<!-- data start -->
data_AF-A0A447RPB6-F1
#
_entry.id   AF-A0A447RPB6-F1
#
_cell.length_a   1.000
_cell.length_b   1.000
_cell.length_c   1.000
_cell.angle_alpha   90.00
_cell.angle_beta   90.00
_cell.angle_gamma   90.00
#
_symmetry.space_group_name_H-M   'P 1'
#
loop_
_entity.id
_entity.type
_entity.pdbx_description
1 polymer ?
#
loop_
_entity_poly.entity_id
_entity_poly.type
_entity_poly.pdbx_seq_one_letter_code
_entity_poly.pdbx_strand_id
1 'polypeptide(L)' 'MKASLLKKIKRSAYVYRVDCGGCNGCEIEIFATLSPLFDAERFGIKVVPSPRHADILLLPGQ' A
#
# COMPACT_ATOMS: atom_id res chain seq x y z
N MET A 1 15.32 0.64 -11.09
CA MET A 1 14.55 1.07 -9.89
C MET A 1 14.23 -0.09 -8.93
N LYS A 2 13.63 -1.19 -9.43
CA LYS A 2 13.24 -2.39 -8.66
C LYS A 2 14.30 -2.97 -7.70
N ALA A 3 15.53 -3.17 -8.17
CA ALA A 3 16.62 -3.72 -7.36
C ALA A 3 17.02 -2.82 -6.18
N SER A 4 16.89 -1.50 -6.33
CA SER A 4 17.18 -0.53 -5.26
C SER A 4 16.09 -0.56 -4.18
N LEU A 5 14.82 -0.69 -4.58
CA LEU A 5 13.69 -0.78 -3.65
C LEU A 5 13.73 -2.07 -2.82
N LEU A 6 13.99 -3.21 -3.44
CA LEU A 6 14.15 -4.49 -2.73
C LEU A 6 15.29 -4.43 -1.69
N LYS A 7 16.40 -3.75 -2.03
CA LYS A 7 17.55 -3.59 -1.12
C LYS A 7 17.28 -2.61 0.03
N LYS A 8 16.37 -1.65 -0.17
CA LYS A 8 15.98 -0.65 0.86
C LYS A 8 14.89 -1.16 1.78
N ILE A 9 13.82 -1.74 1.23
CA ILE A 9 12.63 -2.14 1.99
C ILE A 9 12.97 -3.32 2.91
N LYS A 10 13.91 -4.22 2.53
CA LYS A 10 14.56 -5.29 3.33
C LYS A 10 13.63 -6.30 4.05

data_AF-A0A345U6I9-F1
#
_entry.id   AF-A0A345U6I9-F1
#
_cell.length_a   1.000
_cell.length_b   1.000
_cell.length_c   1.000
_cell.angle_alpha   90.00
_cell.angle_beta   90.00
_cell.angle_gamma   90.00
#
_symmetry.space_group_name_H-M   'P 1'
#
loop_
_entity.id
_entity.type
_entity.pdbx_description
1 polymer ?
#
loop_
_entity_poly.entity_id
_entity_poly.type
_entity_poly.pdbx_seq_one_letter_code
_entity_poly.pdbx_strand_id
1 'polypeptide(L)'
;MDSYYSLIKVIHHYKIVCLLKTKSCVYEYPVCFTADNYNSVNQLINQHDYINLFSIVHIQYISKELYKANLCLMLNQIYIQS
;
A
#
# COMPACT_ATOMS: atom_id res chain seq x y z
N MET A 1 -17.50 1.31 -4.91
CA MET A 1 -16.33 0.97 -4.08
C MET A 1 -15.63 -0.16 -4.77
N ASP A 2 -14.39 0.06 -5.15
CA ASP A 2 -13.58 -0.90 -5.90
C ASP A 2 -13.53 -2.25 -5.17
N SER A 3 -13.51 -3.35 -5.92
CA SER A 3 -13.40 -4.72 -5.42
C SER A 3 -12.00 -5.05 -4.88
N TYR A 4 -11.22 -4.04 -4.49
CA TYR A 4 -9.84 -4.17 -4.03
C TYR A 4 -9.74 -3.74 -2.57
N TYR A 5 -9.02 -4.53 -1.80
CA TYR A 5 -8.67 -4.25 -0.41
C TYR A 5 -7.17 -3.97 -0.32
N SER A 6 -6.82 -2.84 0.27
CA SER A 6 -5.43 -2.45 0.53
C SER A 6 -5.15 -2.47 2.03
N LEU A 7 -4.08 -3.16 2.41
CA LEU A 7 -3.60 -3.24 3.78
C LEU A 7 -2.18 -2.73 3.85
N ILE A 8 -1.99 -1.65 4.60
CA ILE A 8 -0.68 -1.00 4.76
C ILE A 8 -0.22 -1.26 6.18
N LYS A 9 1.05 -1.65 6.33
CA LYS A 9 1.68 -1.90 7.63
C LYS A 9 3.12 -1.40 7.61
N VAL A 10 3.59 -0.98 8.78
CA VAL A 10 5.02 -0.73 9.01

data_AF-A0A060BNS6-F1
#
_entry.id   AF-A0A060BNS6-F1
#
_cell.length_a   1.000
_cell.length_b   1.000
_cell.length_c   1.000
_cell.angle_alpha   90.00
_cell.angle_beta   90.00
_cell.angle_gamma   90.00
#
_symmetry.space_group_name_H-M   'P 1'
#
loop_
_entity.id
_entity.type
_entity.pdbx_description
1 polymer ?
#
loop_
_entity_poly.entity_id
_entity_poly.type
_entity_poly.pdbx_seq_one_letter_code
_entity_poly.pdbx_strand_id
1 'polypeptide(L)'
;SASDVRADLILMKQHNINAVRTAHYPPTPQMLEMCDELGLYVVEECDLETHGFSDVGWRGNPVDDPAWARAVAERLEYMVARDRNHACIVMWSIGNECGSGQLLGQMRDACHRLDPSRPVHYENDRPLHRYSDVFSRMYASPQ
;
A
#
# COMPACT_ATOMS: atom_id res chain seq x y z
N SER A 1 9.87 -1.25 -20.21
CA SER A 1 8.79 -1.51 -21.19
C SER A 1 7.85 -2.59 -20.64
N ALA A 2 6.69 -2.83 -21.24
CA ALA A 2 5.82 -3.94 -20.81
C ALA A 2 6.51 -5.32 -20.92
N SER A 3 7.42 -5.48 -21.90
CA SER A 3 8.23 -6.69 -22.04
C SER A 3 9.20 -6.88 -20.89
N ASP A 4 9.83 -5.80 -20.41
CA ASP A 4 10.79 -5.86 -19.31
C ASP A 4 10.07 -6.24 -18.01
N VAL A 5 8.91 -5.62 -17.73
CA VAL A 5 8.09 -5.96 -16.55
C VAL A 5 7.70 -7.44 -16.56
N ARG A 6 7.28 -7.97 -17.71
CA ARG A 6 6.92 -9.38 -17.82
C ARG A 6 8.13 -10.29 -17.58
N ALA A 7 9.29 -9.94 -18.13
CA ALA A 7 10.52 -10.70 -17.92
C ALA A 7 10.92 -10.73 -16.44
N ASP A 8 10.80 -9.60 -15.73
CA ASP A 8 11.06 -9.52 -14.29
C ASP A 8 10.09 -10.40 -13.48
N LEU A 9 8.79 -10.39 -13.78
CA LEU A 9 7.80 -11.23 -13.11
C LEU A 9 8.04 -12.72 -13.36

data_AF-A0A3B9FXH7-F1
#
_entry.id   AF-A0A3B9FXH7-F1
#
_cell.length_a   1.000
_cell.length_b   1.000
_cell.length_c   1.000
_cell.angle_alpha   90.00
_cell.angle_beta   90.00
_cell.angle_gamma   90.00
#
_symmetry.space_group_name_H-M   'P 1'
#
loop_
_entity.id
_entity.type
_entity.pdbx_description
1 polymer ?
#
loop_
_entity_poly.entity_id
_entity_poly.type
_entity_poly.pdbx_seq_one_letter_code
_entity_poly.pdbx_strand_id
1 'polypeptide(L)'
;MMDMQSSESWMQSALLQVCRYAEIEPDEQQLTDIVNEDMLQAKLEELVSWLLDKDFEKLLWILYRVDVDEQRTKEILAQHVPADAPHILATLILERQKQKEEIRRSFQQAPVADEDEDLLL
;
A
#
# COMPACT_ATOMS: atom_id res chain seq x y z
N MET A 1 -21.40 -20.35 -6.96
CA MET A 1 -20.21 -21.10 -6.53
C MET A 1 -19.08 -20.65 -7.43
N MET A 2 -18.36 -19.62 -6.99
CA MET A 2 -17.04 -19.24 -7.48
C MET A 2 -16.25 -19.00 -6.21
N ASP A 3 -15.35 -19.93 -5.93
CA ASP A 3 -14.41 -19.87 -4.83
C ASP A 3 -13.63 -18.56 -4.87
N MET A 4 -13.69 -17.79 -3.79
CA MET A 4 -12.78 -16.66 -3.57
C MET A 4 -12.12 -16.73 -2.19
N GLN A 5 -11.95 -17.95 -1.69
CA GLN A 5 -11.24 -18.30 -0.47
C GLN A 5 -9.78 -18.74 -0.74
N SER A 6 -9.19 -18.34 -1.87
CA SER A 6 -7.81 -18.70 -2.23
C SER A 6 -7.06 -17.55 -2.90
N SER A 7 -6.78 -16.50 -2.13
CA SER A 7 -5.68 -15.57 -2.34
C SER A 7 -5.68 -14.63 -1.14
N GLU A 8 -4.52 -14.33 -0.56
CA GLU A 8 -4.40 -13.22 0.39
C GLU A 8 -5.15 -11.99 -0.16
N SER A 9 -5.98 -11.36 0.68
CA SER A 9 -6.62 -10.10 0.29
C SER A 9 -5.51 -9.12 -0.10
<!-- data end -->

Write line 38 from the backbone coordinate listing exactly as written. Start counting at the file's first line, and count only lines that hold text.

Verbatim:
CA SER A 4 17.18 -0.53 -5.26